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Mise en Place

Mise en Place

As chefs, we often hear the phrase “Mise en Place” – meaning keep everything in place, ready for cooking. In a commercial kitchen, especially a busy one, this arrangement becomes crucial for optimal productivity.

Each of us would have our unique Mise en place, to the extent that we would be able to pick up the right ingredients without as much as a glance at them. Akin to becoming a seasoned driver.

Stepping out of the professional setup, when I’d set out on my culinary jaunts, my first stop would invariably be Street food.

Getting your favourite Chaat tailor made to your palate is a joy that cannot be articulated in words. The satisfaction after the first mouthful can only be expressed by the blissful closing of the eyes and a silent (or sometimes not so silent) moan of delight.

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But think about it. Isn’t a street food vendor’s thela, a quintessential Mise en place?Be it the Pani puri wala who knows exactly which pot of paani to dip into for your ‘medium teekha’ or the famous Chole-Kulche vendor in Dilli who adds the precise amount of spices and a magic concoction to the ‘Chole’ in a matter of minutes as you salivate and watch; or the uber famous Bhel puri seller who never misses an ingredient or the sequence and comes up with the perfect Bhel every time..the list is endless.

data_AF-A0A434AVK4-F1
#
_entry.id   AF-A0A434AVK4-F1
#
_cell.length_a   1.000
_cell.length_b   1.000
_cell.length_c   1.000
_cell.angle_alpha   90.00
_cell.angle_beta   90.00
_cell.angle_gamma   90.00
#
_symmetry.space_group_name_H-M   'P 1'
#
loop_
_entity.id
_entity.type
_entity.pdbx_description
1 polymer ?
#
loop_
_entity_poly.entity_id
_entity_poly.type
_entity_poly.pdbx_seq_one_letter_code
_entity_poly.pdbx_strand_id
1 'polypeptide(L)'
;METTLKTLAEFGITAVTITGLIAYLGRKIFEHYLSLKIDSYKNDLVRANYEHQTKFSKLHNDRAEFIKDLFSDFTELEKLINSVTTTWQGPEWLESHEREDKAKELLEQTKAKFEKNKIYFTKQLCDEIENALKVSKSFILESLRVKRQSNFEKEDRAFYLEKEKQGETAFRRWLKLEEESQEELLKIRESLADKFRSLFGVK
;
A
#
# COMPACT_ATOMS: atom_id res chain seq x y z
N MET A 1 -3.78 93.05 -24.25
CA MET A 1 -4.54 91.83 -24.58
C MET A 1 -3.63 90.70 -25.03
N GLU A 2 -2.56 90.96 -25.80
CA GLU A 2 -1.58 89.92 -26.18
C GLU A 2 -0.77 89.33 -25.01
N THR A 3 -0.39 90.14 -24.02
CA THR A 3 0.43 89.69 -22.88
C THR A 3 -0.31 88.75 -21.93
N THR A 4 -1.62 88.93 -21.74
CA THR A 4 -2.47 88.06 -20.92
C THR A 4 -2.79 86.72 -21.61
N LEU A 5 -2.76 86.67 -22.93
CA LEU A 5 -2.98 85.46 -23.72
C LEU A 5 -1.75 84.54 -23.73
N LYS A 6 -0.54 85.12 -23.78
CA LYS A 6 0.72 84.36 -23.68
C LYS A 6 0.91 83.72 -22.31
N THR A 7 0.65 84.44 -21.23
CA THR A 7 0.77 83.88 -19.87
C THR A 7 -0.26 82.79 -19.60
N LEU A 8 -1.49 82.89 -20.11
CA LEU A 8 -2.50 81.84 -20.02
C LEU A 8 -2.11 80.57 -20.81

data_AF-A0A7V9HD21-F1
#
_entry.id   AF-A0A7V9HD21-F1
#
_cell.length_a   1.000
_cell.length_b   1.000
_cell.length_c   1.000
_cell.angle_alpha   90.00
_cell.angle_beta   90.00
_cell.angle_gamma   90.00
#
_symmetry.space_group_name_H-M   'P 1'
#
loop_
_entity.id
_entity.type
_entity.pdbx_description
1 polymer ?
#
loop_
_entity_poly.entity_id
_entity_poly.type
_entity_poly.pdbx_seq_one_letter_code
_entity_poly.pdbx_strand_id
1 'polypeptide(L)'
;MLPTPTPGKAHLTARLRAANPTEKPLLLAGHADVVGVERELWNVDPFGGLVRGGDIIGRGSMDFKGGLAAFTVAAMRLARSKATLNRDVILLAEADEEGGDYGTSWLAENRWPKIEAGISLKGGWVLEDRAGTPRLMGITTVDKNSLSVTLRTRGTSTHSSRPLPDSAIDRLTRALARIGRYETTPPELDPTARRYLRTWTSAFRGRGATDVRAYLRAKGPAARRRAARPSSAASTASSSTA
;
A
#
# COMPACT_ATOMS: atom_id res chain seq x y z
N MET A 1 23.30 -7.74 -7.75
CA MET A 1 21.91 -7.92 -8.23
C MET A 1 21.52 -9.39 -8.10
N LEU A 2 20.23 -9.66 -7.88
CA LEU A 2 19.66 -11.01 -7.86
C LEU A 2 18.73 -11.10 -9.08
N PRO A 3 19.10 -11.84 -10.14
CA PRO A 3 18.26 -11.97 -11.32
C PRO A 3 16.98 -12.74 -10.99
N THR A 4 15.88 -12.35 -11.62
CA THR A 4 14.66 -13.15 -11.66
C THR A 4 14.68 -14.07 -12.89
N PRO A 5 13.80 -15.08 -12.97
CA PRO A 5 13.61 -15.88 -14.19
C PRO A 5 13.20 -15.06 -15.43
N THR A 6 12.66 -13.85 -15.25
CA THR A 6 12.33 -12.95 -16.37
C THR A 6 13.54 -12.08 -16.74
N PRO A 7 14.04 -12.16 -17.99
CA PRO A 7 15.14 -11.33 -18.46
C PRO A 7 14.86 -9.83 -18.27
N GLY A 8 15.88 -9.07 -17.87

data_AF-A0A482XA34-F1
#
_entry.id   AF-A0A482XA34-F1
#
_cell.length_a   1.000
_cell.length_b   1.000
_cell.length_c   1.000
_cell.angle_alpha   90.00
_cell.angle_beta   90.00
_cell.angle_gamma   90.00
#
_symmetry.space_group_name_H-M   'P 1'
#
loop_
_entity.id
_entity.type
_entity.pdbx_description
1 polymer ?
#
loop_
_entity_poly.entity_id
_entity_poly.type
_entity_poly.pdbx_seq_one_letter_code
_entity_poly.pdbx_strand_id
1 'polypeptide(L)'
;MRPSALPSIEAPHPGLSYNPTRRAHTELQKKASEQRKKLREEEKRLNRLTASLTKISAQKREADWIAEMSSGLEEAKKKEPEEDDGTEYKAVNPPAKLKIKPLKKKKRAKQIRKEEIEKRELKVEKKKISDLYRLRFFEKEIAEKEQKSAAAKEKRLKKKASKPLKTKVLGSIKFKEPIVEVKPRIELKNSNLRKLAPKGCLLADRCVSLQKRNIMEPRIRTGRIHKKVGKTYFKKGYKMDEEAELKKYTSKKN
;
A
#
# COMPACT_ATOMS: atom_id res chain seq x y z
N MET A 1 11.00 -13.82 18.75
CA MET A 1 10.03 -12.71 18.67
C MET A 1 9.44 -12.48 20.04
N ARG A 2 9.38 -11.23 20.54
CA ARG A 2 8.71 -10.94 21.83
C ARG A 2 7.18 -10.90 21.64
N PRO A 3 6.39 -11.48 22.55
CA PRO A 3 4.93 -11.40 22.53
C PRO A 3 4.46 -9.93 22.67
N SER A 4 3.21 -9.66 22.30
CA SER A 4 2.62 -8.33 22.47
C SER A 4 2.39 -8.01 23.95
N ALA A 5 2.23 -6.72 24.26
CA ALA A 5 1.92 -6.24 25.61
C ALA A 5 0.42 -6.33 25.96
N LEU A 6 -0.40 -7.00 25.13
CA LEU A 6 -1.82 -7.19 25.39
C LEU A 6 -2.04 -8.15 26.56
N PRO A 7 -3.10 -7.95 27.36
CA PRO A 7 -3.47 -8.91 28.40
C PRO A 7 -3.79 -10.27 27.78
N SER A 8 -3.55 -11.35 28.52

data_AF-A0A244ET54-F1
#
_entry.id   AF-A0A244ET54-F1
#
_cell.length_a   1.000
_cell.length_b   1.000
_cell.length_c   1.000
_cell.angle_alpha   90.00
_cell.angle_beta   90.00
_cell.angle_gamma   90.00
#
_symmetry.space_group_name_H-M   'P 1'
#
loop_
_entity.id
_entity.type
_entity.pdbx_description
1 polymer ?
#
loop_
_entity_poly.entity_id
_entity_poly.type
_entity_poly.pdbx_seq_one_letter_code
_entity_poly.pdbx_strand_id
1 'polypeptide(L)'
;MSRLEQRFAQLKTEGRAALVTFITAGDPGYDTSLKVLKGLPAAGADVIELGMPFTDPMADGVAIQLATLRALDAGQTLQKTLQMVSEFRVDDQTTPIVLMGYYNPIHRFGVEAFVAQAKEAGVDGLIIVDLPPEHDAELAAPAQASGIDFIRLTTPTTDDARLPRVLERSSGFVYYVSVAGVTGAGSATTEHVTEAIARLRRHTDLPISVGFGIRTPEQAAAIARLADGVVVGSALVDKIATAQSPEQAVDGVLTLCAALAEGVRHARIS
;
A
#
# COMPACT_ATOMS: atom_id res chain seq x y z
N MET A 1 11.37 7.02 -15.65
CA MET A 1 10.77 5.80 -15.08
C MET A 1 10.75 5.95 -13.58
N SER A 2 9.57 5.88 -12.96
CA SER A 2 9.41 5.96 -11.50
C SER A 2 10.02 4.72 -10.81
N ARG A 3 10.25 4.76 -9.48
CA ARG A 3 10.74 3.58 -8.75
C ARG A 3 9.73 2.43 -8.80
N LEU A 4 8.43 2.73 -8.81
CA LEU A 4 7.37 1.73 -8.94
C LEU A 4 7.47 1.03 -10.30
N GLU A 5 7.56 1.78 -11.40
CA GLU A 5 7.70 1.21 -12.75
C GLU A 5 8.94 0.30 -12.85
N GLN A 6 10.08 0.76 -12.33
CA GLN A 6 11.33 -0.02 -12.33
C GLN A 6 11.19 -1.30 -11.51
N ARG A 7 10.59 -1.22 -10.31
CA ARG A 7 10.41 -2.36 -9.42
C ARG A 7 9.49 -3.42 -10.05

But truth be told, Mise en place is an integral aspect of not just commercial but home kitchens as well. I spent much of my free time as a kid with my Biji and Mom in the kitchen.

Even now, if I close my eyes to recall those scenes, I can clearly picture the set intuitive order of spices in their Masala dani, salt on the right, oil on the left; how if anything was kept out of place their whole world changed.. Notice a pattern?

Another memory that my mind jogs up is of Mubarak chacha in Lucknow, a third generation raqabdar at a Nawab’s palace. His Mise en place comprised of his special Potli of Masalas (no name or number), firewood and Ittar.
My only contribution was to light the fire and follow him around trying to keep up. He cooked a meal of six dishes for six people in 45 minutes flat, while I was just wondering what hit me!!

Up until now, I have prepared several Chaat dishes for my Youtube videos, inspired by the street food I have sampled. Yep, I say inspired, for just thinking about the humbling ease with which the vendors whip up their magical fares, still leaves me awestruck.

Mise en Place, as a phrase might have French origins, but the concept is pretty much ingrained in the cooking pattern of any regular meticulous cook in every corner of Le Monde.

As I always say, good food is about 10% cooked on the fire, 90% is already done in its prep, I mean, Mise en Place 🙂

Comments

  1. Beautiful write-up that reminds us to follow the simple rule “A place for everything, and everything in it’s place”.

    Thank you RB Ji.

  2. Ranveer ji am always passionate about cooking with utmost perfection. I would be grateful to you if you give me an opportunity to work with you.

  3. Hi i love your videos please tell the uncle bhailpuri ingredents so we can make at home ..love the indian food &its culture …..its my dream to come to india &have that stuff but hopes alive…)

  4. I completely agree. It’s not just about the kitchen but everything in its own place ensures a better life as well.

    But in the kitchen is where it’s practiced the most – after all who wants to err when it comes to food 😜

  5. Your writing is a true testament to your expertise and dedication to your craft. I’m continually impressed by the depth of your knowledge and the clarity of your explanations. Keep up the phenomenal work!

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